NG : And what about 3DO? Where's Trip Hawkins right now?
Sam : New York, I think [laughs]. He was just launching his M2 statement. I think 3DO is really struggling, from what I understand. Trip is a very clever guy also, he might pull something out of the bag. But his manufacturers of the machine have to make money on the hardware, they make no money off the software. So how do they bring the price down to a low price? I don't see how they could do that. Why should they do that?
NG : 3DO would counter that argument by saying that because the hardware manufacturers are also investors in The 3DO Company -- and hence will benefit from its long-term profitability -- these manufacturers are sympathetic to the Gillette "razors/razor-blade" philosophy that you described earlier.
Sam : No, no, no, that's peanuts to them. That's baloney. I don't see that.
NG : So when do you see 3DO disappearing?
Sam : In the foreseeable future I see the players being Nintendo, Sega, Sony, and Atari. In my humble opinion, I don't see 3DO being in there.
NG : So how much longer do you think 3DO will remain in the business?
Sam : A couple of years.
NG : Why has the Jaguar CD been so delayed in reaching the stores?
Sam : We're waiting until the software is right.
NG : Should Jag have had CD-ROM from outset?
Sam : No. The reason why, in our opinion, is very simple: it's a question of the retail price. What can the consumer buy and afford at the very beginning? We went back to our Commodore 64 experience in the early '80s. If you can buy a machine for $159, and then later buy a CD as an add-on, you can afford it. To have it all in one package at $300 or $400, it's just too expensive.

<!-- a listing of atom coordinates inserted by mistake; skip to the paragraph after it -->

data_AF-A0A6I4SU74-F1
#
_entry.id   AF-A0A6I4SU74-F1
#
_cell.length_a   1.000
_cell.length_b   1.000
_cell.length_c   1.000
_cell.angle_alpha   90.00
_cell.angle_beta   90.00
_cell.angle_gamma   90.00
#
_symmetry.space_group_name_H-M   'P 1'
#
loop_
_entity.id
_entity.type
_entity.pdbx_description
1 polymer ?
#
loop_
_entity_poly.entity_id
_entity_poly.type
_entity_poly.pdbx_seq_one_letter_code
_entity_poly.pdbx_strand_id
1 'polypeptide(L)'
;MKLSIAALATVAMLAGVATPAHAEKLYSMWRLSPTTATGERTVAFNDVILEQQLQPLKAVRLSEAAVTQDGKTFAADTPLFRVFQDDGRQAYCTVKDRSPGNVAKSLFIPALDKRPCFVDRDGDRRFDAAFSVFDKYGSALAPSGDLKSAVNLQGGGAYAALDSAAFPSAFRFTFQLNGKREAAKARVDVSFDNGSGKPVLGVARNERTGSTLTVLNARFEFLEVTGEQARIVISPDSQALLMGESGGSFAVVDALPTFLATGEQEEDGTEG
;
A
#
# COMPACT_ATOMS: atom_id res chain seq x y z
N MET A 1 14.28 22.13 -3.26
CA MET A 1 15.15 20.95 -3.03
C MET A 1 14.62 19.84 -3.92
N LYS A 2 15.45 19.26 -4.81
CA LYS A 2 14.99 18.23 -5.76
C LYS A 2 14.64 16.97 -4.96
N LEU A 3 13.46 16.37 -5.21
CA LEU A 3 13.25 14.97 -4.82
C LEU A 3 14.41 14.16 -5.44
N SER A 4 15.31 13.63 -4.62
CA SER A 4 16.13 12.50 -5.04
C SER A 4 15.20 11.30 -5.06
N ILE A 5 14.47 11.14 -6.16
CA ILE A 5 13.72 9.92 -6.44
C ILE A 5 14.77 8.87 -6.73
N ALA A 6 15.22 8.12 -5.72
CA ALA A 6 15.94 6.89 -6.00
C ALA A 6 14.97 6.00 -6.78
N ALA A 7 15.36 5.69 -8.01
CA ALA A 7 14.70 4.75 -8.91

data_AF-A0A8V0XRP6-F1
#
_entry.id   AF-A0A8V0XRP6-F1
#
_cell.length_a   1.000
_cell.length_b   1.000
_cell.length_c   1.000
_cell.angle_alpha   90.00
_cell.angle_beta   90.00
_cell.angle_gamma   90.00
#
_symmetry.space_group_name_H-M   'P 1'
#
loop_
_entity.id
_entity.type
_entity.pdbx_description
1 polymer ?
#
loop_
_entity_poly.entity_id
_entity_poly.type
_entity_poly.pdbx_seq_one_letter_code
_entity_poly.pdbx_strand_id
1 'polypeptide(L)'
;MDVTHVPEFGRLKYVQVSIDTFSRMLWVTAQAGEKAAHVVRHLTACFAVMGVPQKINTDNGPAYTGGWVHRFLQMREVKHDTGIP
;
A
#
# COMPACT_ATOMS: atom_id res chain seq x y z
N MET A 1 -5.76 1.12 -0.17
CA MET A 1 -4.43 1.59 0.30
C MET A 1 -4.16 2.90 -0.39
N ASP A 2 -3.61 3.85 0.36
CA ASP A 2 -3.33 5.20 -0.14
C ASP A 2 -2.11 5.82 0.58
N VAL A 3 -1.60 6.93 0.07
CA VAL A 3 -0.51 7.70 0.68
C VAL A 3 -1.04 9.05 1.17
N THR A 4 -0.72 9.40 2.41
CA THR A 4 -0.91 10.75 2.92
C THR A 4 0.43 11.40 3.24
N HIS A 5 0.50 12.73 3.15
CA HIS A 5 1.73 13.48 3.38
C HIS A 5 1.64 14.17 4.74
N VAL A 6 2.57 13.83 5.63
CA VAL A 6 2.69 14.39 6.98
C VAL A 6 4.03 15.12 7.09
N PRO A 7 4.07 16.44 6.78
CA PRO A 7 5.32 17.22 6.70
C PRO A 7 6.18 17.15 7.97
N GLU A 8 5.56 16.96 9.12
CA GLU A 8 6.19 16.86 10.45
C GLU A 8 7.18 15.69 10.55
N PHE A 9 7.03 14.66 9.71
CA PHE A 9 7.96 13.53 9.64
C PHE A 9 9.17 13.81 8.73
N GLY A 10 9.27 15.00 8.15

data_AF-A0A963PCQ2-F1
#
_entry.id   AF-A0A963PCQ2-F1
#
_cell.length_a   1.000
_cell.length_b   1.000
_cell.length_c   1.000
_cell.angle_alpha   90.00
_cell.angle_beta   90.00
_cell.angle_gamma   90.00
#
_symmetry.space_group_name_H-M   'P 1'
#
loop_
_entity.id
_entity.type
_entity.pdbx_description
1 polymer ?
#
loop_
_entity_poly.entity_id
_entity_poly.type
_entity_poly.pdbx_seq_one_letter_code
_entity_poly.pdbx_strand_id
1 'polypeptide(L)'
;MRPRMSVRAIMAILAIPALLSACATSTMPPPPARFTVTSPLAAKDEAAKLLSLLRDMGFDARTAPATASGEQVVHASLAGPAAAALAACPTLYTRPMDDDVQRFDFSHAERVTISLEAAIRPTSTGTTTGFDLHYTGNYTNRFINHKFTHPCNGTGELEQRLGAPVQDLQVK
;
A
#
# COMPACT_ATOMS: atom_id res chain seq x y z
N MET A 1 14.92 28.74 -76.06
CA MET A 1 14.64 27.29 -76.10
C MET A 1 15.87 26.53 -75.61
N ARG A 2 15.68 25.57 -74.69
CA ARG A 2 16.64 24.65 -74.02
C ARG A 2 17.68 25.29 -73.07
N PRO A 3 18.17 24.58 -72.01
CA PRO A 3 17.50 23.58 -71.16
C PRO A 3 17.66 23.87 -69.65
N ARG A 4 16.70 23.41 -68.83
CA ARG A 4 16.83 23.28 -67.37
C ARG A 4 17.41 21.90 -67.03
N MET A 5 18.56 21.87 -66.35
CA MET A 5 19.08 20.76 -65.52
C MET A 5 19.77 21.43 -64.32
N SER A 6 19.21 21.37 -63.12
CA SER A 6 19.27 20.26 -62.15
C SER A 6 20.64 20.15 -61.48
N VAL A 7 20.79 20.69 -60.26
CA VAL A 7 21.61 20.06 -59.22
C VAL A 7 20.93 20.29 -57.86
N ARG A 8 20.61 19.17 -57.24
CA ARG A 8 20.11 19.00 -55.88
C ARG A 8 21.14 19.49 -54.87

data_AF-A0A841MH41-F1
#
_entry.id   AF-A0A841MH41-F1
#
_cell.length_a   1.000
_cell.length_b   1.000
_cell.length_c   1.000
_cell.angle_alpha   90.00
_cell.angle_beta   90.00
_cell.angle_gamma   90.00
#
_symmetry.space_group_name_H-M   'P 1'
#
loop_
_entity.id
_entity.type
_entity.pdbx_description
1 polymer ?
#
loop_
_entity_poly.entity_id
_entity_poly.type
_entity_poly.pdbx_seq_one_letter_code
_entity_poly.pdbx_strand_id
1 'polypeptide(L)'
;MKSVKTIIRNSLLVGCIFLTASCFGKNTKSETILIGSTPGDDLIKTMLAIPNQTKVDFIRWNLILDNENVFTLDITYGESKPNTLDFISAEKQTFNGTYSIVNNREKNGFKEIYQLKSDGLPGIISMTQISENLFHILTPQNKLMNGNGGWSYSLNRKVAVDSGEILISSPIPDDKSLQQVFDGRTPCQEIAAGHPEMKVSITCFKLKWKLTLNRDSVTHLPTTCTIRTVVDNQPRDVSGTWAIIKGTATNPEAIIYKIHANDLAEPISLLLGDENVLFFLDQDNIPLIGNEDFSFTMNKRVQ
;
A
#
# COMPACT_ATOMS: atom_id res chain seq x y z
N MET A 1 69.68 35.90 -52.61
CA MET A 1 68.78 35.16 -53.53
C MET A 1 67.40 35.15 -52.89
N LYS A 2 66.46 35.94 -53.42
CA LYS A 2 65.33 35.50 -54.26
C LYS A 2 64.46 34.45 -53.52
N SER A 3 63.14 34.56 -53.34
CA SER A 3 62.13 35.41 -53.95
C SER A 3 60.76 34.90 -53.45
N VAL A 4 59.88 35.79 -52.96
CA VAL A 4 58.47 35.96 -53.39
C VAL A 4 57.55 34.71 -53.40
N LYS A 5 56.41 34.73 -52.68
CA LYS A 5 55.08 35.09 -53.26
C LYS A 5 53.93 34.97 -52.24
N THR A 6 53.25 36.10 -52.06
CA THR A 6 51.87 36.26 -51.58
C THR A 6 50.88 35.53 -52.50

NG : What percentage of the current Jaguar owners do you see buying the Jaguar CD add-on when it goes on sale?
Sam : Going back again to the Commodore 64 analogy, we found almost 100% percent of Commodore 64 owners bought a floppy disk drive when they were made available, with a lag time of between three and six months. Right now we're expecting that 50% of Jaguar owners will buy CD players. And if it's a higher percentage then, well, great.
NG : And eventually you'll be able to buy an integrated machine with a Jaguar and a Jaguar CD-ROM player built in?
Sam : Yes, eventually it will be integrated.
NG : And at that point will Jaguar games be available only on CD?
Sam : No, we will still make cartridges as well. I can't abandon the basic Jaguar owners. Eventually CDs will become more and more the mainstay.
NG : When will Jaguar 2 be released?
Sam : Development systems will be ready this summer and it will begin shipping in the second half of '96 -- that's the present plan. But that's all I can say right now.
NG : Can you tell us a little about the Virtual Reality add-on for Jaguar?
Sam : It's developed by Virtuality. It's full motion tracking and stereoscopic display. We've done a lot of study on what is the right VR system, and Virtuality is the best. They know their stuff. They have a lot of experience.
NG : But they've never had to produce a system for a mass market price, they're used to making VR units that cost tens of thousands of dollars...
Sam : They won't be producing it, they're just designing it. We will have a mass manufacturer in Japan, Taiwan, or someone else in south east Asia produce it for us.
NG : And what price do you think constitutes mass market?
Sam : That's a good question. When the final costs come in, we can decide, but I'm hoping that it will be $300 or less for the system.
NG : Sega announced plans to release a low-cost virtual reality system a couple of years ago, but the project was put on ice -- simply because it just couldn't be done, from a price/technology point of view. Then, having been rumored for a long time that Nintendo was working on a Virtual Reality headset, they show Virtual Boy -- which is such a watered-down, poor relation of genuine VR that it's hardly VR at all. Now, if Nintendo can't get it right, how can anyone else get it right?
Sam : I don't think Nintendo is known to be a fantastic hardware company. When have they ever come out with great technology? NES was not a piece of great technology -- it was an 8-bit machine like Atari's 2600. But that's all I can say about our Virtual Reality product right now. If it doesn't work out as we planned, we won't sell it. There's no way: I will not sell it if it's not doing things exactly right.
NG : Are you a gamer yourself, Sam?
Sam : Yes. I still like games -- not as much as my two boys do -- but I still do play videogames.
NG : How do you personally feel about the quality of Jaguar games so far?